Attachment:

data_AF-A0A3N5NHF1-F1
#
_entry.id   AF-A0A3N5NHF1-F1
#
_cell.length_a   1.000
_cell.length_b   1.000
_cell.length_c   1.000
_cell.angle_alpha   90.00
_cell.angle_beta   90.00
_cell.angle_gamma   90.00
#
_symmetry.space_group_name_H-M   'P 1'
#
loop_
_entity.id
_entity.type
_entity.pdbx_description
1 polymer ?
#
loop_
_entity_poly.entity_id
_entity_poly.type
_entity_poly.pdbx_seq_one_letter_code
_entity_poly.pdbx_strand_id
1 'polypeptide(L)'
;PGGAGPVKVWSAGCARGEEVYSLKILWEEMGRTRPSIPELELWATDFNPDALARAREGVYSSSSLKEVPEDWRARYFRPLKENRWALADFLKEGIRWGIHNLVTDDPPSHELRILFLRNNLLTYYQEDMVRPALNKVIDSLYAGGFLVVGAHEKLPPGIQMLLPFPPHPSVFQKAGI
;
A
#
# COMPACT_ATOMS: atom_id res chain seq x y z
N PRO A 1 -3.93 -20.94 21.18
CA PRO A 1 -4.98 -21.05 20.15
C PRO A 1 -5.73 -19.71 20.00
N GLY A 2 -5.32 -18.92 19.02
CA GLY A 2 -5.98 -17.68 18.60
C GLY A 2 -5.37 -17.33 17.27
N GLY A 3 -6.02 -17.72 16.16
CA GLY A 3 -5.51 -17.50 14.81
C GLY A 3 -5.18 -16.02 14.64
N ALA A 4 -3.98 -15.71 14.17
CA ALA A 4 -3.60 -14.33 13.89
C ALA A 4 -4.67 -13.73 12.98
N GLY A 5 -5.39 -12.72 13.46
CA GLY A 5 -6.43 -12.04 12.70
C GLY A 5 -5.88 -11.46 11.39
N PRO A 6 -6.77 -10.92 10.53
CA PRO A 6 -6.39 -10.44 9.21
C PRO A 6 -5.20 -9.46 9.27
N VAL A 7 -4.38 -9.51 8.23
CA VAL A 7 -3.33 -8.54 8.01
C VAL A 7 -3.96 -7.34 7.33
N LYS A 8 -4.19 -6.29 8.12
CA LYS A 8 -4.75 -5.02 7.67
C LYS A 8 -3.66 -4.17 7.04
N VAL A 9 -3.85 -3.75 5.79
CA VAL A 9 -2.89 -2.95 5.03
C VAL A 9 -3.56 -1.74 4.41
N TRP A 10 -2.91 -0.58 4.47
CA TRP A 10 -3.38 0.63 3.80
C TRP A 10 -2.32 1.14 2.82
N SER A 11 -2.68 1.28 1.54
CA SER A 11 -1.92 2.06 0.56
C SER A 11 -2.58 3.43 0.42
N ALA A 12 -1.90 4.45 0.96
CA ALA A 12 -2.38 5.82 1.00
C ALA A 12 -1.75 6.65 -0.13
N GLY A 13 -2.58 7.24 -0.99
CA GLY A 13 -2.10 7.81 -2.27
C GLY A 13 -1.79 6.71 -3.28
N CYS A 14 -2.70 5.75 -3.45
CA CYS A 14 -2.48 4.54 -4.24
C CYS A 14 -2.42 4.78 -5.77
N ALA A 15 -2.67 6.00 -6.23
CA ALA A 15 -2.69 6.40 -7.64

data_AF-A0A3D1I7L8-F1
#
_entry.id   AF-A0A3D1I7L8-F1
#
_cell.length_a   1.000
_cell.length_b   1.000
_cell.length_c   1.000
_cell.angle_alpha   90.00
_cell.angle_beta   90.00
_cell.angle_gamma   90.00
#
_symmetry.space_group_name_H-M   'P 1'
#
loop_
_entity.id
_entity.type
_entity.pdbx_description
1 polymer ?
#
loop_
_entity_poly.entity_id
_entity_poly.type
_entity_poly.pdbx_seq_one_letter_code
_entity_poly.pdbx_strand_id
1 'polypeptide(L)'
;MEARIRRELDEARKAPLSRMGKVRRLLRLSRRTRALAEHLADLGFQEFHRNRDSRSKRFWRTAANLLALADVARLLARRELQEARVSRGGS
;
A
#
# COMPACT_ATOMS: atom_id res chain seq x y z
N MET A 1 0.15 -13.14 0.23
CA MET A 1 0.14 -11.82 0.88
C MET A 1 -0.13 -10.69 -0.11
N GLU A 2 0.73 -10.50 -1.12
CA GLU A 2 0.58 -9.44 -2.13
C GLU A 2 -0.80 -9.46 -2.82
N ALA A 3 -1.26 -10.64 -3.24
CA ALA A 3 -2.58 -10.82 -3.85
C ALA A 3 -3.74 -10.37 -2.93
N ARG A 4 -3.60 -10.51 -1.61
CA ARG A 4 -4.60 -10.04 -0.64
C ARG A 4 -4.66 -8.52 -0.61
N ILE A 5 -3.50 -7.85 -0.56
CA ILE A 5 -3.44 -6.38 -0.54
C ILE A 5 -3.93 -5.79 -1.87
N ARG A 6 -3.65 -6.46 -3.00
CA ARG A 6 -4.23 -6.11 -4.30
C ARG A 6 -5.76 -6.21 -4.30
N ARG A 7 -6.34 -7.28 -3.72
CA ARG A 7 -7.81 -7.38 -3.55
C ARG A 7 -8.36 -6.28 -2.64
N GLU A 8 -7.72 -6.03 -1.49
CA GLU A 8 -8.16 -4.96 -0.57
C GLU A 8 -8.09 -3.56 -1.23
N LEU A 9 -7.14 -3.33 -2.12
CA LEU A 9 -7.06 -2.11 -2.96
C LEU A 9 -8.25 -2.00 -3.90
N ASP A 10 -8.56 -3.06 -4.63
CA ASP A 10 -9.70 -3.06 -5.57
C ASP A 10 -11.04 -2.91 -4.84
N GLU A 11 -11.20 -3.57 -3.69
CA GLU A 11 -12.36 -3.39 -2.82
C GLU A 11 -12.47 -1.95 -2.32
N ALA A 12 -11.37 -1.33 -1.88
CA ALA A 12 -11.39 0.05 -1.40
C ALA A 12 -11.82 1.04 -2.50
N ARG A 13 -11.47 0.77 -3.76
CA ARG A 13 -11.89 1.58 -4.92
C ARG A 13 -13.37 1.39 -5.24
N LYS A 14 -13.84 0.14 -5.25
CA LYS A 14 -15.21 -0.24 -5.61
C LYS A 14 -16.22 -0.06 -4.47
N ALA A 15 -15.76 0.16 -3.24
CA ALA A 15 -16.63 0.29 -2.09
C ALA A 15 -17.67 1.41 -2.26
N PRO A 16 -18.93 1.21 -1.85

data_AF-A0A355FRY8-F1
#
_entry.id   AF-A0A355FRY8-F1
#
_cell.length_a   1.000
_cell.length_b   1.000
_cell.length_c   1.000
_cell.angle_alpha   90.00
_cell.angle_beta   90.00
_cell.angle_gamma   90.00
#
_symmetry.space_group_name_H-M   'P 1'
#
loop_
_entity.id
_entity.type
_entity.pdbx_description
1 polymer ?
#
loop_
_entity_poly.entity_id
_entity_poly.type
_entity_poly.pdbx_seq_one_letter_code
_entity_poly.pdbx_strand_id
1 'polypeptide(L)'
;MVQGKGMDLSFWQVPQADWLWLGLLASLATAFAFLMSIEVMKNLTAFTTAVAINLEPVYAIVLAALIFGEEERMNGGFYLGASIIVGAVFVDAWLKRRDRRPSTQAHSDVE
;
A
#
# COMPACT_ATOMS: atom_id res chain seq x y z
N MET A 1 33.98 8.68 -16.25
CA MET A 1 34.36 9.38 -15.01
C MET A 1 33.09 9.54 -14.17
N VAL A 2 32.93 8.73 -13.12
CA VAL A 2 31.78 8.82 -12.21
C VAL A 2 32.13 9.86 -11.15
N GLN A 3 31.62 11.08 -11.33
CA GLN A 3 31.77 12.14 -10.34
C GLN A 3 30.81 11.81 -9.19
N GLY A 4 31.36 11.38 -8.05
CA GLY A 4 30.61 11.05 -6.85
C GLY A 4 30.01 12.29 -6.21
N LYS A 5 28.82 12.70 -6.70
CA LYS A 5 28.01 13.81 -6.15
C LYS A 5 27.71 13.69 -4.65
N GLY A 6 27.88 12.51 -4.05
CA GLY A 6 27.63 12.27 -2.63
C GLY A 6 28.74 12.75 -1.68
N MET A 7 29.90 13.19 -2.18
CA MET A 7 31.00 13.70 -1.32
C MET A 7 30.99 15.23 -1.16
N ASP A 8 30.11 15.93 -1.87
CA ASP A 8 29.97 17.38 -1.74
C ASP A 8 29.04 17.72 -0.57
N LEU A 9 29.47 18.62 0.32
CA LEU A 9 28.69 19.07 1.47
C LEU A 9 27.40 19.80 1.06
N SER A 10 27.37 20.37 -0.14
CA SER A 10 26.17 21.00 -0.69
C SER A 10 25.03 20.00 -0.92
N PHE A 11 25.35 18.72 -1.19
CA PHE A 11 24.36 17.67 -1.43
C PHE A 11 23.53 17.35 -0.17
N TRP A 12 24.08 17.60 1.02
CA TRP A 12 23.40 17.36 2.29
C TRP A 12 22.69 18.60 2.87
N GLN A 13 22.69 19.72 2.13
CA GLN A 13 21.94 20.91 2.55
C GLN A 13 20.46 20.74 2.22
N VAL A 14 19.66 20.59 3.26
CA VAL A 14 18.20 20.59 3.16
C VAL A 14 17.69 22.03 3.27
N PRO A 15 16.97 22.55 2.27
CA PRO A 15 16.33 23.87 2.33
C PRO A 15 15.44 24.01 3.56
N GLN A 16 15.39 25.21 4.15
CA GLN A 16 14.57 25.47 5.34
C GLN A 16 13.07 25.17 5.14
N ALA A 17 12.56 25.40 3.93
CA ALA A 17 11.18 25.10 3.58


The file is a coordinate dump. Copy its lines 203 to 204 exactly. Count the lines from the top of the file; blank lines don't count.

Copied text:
CA ASP A 8 29.97 17.38 -1.74
C ASP A 8 29.04 17.72 -0.57